Controversial path to possible glut of natural gas
Water and chemicals injected at high pressure can extract more gas – and possibly pollute drinking water.
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The SBRC has issued two cease-and-desist orders to companies illegally removing water. It has told 23 others to clarify requirements, and found that about 50, in all, are vying for water, leases, and drilling permits in the region.Skip to next paragraph
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Tiny Nockamixon Township, which has resisted gas drilling, is being sued by natural-gas drillers. The Pennsylvania Supreme Court has agreed to hear a case in which some towns are seeking to overturn lower court decisions that keep municipalities from having laws regulating gas drilling inside their borders.
Back in Texas, some are fighting the practice of reinjecting frac water into the earth. In Erath County, near Fort Worth, Bill Gordon has successfully protested several new commercial injection wells that, according to him, would have pumped as much as 30,000 barrels a day of untreated frac water underground.
A recent lightning strike set one such well on fire, proving to Mr. Gordon that volatile chemicals remain in the fluid.
“Nobody knows what’s in this drilling fluid,” he says. “I think we need to know.”
What’s being injected deep underground?
Hydraulic fracturing and horizontal drilling are not new. Both date back decades. But their combined use to get gas from shale formations is new within the past decade.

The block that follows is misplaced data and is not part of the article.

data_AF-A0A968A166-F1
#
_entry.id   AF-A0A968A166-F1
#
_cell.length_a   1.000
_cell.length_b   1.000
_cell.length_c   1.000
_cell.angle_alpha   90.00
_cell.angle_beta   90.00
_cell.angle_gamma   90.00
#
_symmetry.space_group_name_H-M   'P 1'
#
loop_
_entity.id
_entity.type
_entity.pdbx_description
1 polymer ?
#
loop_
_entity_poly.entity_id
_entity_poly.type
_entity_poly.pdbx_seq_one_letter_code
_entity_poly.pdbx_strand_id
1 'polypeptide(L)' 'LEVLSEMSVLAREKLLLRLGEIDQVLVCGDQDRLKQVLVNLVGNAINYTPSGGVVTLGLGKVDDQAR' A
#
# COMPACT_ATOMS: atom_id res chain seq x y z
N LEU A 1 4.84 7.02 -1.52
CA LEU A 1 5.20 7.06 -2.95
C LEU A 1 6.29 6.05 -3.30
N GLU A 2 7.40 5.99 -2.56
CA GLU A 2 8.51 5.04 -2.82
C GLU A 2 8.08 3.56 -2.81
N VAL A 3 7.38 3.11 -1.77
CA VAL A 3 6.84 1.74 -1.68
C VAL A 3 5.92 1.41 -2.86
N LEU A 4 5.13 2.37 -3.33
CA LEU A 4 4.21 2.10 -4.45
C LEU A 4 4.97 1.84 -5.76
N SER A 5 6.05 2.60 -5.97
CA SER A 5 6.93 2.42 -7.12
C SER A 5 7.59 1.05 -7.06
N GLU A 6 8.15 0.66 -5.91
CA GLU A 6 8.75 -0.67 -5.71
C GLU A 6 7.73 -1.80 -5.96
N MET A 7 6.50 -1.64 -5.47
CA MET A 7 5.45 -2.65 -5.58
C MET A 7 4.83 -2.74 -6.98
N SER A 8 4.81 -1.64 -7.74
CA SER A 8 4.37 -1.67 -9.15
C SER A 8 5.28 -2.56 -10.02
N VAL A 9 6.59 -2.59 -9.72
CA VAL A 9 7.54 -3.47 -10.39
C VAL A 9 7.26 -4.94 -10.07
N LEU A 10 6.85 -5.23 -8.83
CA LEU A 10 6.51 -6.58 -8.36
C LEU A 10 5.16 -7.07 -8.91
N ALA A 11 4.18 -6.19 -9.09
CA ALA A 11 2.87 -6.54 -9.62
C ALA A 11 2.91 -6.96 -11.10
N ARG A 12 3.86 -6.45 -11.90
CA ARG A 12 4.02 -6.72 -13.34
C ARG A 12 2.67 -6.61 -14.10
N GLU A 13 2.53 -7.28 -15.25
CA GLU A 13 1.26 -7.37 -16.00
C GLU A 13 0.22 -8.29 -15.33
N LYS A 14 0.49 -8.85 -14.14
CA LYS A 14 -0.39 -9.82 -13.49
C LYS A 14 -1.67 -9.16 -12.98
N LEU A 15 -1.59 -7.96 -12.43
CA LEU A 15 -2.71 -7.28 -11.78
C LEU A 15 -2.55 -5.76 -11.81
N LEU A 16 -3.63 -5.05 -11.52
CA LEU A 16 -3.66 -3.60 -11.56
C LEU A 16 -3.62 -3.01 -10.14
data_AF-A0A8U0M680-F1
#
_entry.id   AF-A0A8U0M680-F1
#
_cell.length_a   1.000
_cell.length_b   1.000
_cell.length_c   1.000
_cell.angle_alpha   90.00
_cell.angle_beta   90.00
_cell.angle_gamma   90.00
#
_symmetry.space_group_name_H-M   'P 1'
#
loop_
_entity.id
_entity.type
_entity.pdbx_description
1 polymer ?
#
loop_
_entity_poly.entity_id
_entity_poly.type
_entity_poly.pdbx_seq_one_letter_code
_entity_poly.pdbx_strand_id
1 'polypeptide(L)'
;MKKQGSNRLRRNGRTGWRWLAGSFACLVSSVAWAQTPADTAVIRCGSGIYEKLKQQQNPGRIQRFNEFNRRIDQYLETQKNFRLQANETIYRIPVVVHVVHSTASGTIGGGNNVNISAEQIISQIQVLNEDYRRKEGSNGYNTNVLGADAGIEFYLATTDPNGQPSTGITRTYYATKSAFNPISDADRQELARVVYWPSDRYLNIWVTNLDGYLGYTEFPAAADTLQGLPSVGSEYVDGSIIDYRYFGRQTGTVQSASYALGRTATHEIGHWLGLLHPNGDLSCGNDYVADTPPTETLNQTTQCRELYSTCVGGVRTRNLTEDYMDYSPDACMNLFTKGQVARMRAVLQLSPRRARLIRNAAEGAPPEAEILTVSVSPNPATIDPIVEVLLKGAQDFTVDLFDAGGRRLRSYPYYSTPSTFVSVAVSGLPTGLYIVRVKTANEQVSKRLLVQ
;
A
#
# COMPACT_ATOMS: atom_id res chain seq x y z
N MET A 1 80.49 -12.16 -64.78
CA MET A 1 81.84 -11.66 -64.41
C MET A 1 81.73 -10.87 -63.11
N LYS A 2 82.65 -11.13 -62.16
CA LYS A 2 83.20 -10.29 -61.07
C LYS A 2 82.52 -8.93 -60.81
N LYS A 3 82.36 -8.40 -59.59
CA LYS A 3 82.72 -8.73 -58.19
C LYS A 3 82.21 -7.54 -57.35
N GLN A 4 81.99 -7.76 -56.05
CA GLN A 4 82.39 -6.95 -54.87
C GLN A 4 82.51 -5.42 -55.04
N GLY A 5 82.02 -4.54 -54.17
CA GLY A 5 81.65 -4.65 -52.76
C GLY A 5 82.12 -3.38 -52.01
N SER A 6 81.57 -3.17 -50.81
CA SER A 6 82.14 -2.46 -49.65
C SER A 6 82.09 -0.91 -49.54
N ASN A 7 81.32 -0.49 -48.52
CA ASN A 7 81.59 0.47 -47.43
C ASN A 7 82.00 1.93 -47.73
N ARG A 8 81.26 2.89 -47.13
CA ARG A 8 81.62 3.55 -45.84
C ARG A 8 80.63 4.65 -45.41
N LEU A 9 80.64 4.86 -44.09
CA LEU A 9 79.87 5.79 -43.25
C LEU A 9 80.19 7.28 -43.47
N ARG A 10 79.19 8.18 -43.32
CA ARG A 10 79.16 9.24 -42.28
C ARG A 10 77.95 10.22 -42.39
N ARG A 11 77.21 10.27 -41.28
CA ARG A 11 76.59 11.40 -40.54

Hydraulic fracturing has long been used to get gas from coal beds, a process some say is similar to shale-gas fracturing.
An Environmental Protection Agency study in 2004 concluded that hydraulic fracturing to get methane gas from coal beds “poses little or no threat” to drinking water supplies. But several EPA scientists have challenged that finding.
“EPA produced a final report ... that I believe is scientifically unsound and contrary to the purposes of law,” Weston Wilson, a 30-year EPA veteran, wrote in a whistle-blower petition in 2004. “Based on the available science and literature, EPA’s conclusions are unsupportable.”
Today, chemicals used in fracturing are considered by the companies to be trade secrets. The Energy Policy Act of 2005 exempts companies from being forced by the Clean Water Act, Safe Drinking Water Act, and other federal laws to reveal what chemicals are in their fracturing fluids.
But some say that it’s critical to know what’s being injected deep underground.
“We’re very concerned about this toxic drilling and hydraulic fracturing,” says Gwen Lachelt, director of the Oil and Gas Accountability Project in Durango, Colo. “We need to know what’s in what they’re putting into the ground.”
[ Editor's Note: The original version of this article described a New York bill as a way to “permit” shale-gas drilling using fracturing technology. In fact, fracturing was already permitted. The new bill changes “well-unit spacing” in a way that opens the way for greatly expanded use of hydraulic fracturing in tandem with horizontal drilling. ]